So what do we learn from this summary?

    This is a Borg-centered story, set after the events of ST:VOY’s series finale, Endgame.  The mention of the Borg civil war calls back to the two-part episode Unimatrix Zero, in which the Federation actually helped to start that war (it was never mentioned again).  We know one faction of Borg have developed a superweapon that threatens the stability of the galaxy, and we know there is just one Federation ship in the Delta Quadrant that has a chance to stop them.  We know there’s an ex-Borg officer on board the ship, and that his fate is somehow inextricably bound up in all of this.

    Now, if you look at the character list, you’ll quickly figure out that this is a story about Icheb, but I don’t even throw that into the summary.  Why?  Because he’s not a popular character in fandom.  If I had made him the focus of the summary, that would be an immediate turnoff to all the people who hate 1) VOY and 2) Icheb as they remember him from the show (let’s face it, he could be a bit whiny).  By keeping some details back, I’m hopefully able to intrigue people who might not otherwise be willing to give an Icheb story a shot.  And with the Tesseract series, it seems to have worked, as it is one of the top ten most read and reviewed series on the site. (THANK YOU, READERS.)

    My best suggestions for writing compelling summaries:

    1. Don’t give the whole plot away.

    2. Don’t tell me more about your original character than is relevant to the story.  If he/she is a relation of a canon character and their relationship is key to the plot, fine, mention it, but I personally find it a turnoff when people throw stuff like that in just to have a “hook.”  I’m not going to read a story about James Tiberius Kirk the VIII just because he’s a descendant of the original.  Likewise with PTSD sufferers, people with disabilities, people from Andor, or whatever.  If it’s not integral to the plot, then it’s just a detail that can be weaved into the story.  Let me find out on my own.

    3. Don’t promise what you’re not going to deliver.  Be realistic about what your story offers.  Just because a romance takes place at the height of the Dominion War doesn’t make it an action story.  And just because two characters are in love doesn’t make an epic space battle into a romance.  Sure, use the tags to let people know the story includes those elements, but don’t promote a story as something it isn’t.  People will feel cheated.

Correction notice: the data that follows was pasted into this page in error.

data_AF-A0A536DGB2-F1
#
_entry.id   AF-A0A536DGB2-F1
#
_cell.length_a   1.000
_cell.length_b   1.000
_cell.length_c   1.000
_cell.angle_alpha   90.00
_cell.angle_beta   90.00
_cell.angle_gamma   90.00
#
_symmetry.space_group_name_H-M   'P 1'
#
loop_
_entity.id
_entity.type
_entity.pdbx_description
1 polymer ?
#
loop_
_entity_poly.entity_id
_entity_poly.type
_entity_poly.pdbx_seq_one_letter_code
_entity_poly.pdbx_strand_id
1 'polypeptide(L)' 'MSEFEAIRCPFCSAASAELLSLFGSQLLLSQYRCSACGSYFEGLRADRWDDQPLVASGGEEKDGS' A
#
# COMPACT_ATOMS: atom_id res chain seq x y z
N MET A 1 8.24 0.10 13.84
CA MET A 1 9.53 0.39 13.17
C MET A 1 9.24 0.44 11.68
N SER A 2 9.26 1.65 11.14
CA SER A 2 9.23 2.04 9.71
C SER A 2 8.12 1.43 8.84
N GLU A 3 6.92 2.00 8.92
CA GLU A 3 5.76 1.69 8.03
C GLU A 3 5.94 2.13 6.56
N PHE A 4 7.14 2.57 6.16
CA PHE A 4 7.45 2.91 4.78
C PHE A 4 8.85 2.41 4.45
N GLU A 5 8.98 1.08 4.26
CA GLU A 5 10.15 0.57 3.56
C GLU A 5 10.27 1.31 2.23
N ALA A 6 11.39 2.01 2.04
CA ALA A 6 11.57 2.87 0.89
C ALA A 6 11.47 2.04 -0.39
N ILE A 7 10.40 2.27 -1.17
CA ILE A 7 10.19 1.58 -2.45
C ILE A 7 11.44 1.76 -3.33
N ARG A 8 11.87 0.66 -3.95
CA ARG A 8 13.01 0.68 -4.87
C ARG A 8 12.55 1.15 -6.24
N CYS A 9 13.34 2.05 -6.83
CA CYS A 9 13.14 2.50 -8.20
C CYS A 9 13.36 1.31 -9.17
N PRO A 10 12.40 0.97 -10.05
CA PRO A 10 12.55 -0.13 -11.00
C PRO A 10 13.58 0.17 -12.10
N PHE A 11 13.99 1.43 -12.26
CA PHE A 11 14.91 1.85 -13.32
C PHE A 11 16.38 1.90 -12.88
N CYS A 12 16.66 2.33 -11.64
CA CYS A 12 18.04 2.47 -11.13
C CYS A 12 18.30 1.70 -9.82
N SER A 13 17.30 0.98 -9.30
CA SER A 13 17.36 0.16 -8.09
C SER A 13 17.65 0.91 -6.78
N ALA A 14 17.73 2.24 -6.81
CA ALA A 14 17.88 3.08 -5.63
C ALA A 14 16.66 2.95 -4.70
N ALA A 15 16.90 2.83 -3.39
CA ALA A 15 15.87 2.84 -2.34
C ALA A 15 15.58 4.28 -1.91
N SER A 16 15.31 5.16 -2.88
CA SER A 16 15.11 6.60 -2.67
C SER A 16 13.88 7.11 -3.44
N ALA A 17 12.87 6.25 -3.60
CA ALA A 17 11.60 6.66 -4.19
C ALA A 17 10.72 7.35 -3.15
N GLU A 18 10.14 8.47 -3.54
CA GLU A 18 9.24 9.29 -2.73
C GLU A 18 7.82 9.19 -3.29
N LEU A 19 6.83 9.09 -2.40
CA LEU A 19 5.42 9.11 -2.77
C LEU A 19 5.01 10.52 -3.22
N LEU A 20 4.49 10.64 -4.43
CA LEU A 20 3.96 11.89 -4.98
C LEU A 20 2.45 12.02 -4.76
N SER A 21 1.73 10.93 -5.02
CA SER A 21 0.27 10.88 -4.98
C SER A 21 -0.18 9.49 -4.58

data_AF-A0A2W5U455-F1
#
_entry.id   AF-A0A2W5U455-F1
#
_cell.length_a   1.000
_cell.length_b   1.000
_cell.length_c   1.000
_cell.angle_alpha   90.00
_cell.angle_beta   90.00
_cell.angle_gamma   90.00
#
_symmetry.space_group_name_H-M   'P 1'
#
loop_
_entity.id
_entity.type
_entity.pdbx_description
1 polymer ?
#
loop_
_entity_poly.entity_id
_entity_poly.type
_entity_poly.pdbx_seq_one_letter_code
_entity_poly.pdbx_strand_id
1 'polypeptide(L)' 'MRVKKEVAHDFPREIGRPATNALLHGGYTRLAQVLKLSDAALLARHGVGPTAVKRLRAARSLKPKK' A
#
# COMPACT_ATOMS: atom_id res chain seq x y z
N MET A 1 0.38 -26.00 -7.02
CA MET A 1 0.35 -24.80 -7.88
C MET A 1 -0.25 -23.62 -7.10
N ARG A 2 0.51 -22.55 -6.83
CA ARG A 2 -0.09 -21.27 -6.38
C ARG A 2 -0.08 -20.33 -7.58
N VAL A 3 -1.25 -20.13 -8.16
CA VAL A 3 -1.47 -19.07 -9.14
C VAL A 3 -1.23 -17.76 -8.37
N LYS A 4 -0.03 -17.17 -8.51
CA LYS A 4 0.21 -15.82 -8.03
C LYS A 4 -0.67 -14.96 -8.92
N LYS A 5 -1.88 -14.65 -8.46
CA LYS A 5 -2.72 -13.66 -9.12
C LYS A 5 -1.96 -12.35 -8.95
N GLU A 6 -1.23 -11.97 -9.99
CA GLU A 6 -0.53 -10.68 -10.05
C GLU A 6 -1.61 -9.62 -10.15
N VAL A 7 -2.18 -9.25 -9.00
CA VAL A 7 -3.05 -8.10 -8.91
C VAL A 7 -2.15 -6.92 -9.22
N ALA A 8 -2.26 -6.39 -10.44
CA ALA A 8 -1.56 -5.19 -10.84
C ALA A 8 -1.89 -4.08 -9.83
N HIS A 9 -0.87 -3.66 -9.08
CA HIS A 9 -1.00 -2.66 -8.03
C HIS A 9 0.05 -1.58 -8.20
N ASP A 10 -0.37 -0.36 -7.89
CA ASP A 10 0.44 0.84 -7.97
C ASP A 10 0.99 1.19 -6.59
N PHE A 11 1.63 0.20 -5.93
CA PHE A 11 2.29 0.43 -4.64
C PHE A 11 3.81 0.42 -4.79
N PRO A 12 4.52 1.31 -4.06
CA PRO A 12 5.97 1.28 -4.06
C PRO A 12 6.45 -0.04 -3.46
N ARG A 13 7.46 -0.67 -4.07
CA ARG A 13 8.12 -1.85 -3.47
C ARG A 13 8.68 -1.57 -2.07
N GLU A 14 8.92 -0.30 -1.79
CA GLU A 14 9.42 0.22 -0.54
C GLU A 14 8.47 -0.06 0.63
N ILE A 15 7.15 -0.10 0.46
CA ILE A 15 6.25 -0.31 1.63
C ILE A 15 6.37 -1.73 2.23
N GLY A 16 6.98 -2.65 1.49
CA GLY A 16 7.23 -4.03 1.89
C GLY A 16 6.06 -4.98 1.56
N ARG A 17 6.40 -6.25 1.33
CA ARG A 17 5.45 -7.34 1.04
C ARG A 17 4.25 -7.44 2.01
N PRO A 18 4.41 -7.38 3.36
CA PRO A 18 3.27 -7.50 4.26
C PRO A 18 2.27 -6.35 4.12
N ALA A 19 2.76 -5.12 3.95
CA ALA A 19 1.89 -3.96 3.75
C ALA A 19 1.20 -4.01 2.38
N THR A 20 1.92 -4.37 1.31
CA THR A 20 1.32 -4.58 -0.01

4. If you can’t be compelling, be concise.  Case in point: Launch and Separation. That story is, at least on the surface, about two exceptionally awkward teenagers lying on the grass saying “I love you” for the first time, even though her parents object to their relationship.  There’s no way to make that sound compelling — for one thing, it’s been done a thousand times since Romeo and Juliet.  So I wrote: “There’s the family you’re born with.  And the family you choose.  Transitions can be awkward.”  Short, sweet, and addresses the true meaning of the piece, which isn’t just the romance between Maren and Icheb, but Maren’s coming-of-age and simultaneous decision to choose Icheb over even her own family if it comes to that.  And that leads me to ….

    5.  Try to hit at the true themes of your work in the summary.  Is it about destiny?  Self-sacrifice?  True love?  The value of diplomacy?  The necessity of war?  Try to look past the surface elements and grab readers with the promise of a story that will address themes we all identify with.  How will this story make your readers feel?  What will it make them think about?  That’s what you should try to hint at in a summary.

    Just my $.02 on persuasive writing, which I normally charge actual money for.  😉  Enjoy the freebie and I hope it helps.  If you disagree with anything I’ve said here or have anything to add, please let me know in the comments.  I would love to know what people think about this topic.

  • ThumbnailBook Club Choice #8
    Lower Deck Tales: Celestial Fire
    Once again, we find ourselves sitting in a book-lined library, a crackling fire nearby (none of the books are on fire), a tray of lovely canapés nearby. I am […]

  • kes7 commented on the post, Book Club Choice #7 Author Q & A, on the site Boldly Reading 4 years ago

    OMG! Secret Lives of Combadges got a shoutout! My day is made! XD

    This was a fascinating read. Sheds huge light on what makes MF tick as a writer. We’ve known each other five years and there’s still stuff […]